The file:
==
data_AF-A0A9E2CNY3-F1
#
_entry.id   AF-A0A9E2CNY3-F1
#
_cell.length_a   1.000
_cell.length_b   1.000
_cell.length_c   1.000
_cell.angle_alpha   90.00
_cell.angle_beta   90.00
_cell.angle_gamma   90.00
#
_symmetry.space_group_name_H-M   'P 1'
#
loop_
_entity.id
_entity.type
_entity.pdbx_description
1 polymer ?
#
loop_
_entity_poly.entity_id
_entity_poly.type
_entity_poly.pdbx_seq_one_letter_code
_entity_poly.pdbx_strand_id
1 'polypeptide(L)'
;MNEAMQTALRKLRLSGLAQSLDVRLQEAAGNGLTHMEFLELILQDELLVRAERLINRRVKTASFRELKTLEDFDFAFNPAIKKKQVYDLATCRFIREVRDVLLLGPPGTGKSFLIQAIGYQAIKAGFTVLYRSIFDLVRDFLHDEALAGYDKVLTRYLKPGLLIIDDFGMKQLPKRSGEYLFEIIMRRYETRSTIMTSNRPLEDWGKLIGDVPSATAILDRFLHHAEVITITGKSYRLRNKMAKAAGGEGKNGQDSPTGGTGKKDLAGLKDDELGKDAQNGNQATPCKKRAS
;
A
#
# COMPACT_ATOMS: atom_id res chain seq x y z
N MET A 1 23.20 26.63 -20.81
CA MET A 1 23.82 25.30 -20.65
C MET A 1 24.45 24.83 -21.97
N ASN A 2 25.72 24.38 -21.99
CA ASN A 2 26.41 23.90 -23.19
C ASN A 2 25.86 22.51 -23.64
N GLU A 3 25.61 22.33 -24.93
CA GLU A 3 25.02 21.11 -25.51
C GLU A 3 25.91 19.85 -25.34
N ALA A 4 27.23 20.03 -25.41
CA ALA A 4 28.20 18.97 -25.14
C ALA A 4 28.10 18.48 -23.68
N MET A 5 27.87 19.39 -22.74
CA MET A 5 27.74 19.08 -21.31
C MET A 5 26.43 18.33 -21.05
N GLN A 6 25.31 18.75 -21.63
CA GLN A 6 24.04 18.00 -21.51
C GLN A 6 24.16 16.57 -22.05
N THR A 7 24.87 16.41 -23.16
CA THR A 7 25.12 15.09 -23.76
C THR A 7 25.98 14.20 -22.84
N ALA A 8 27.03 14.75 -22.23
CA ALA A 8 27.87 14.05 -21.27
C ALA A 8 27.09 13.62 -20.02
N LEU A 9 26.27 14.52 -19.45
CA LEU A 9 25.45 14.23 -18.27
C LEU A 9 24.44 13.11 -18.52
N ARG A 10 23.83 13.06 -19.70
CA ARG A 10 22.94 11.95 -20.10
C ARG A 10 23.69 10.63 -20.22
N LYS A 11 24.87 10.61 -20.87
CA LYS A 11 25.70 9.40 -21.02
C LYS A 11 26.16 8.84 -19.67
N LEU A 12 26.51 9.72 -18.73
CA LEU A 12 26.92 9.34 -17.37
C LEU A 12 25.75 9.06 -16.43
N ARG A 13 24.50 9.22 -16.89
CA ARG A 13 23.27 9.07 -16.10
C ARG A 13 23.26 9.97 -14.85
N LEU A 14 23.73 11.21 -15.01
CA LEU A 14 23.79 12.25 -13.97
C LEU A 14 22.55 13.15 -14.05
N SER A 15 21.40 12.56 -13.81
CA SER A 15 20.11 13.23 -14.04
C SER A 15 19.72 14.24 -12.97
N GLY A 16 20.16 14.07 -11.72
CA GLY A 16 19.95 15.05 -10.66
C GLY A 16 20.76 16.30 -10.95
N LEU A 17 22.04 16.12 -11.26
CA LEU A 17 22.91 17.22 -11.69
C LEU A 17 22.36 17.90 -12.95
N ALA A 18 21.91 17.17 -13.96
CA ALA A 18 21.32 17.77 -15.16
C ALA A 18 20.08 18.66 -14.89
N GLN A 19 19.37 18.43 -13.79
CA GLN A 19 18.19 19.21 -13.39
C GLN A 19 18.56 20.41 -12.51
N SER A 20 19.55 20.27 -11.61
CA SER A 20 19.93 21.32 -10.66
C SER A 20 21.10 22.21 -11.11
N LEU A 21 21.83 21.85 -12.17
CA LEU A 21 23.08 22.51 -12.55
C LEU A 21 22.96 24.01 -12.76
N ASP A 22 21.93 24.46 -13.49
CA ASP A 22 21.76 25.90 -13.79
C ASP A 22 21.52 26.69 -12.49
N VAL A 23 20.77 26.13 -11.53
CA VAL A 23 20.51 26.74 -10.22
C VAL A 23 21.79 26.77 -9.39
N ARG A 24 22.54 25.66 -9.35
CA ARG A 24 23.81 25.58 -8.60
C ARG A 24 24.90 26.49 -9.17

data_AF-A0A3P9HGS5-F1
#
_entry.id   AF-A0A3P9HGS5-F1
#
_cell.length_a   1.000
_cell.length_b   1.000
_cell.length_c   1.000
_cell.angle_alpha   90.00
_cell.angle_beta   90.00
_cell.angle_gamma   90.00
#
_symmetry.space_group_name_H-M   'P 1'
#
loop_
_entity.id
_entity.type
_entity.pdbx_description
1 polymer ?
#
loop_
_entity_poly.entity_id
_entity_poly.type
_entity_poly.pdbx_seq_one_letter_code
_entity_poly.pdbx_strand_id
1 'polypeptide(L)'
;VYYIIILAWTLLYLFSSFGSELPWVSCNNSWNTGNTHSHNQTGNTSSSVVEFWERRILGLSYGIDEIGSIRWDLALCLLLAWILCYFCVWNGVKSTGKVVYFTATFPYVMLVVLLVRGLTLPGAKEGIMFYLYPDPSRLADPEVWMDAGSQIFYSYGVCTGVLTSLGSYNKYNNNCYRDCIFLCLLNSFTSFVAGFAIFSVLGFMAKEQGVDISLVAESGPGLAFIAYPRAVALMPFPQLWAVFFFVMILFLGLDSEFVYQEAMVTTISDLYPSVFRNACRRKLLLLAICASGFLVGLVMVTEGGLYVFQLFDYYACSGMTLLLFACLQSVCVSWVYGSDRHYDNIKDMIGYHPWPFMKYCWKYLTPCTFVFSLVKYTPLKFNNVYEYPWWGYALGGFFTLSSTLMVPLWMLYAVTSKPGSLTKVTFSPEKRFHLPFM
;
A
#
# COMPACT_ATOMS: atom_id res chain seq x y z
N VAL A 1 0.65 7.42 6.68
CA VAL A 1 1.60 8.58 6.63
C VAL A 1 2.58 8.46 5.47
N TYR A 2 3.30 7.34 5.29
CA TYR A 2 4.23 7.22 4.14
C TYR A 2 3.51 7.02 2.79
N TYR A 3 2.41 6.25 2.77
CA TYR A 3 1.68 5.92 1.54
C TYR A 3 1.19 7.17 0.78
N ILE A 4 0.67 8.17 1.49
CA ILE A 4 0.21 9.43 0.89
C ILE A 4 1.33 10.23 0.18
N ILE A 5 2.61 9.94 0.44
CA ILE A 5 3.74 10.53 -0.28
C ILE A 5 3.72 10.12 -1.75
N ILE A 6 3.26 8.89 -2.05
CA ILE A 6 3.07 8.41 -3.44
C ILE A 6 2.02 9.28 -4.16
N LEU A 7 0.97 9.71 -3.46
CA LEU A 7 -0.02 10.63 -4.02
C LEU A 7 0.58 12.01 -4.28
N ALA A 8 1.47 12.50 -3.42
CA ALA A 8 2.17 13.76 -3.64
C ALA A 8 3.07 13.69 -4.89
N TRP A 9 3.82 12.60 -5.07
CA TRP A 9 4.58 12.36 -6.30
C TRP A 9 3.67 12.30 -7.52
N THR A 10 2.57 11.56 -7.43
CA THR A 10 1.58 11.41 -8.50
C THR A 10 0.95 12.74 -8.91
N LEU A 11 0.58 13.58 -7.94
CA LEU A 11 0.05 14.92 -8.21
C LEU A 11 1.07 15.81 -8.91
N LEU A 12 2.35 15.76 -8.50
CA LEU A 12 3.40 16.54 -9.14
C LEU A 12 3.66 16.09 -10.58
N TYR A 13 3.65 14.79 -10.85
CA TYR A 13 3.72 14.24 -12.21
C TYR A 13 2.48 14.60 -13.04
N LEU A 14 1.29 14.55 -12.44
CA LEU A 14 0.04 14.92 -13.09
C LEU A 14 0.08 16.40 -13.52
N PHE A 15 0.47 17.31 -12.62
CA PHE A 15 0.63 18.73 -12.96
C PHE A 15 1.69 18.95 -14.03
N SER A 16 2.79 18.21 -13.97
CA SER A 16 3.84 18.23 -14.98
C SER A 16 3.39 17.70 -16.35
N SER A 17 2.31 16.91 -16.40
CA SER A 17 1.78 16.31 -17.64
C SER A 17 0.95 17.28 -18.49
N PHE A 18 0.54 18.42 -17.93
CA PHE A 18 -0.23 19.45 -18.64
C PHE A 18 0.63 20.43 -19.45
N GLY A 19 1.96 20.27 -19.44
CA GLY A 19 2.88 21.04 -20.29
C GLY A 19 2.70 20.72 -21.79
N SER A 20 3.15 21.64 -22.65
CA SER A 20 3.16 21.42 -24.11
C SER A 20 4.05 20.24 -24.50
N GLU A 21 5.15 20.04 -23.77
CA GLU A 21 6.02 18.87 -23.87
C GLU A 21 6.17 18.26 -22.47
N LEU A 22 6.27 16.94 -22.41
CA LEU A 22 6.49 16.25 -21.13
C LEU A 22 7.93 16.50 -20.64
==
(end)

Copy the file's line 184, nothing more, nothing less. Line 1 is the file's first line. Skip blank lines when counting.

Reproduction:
N PHE A 18 0.54 18.42 -17.93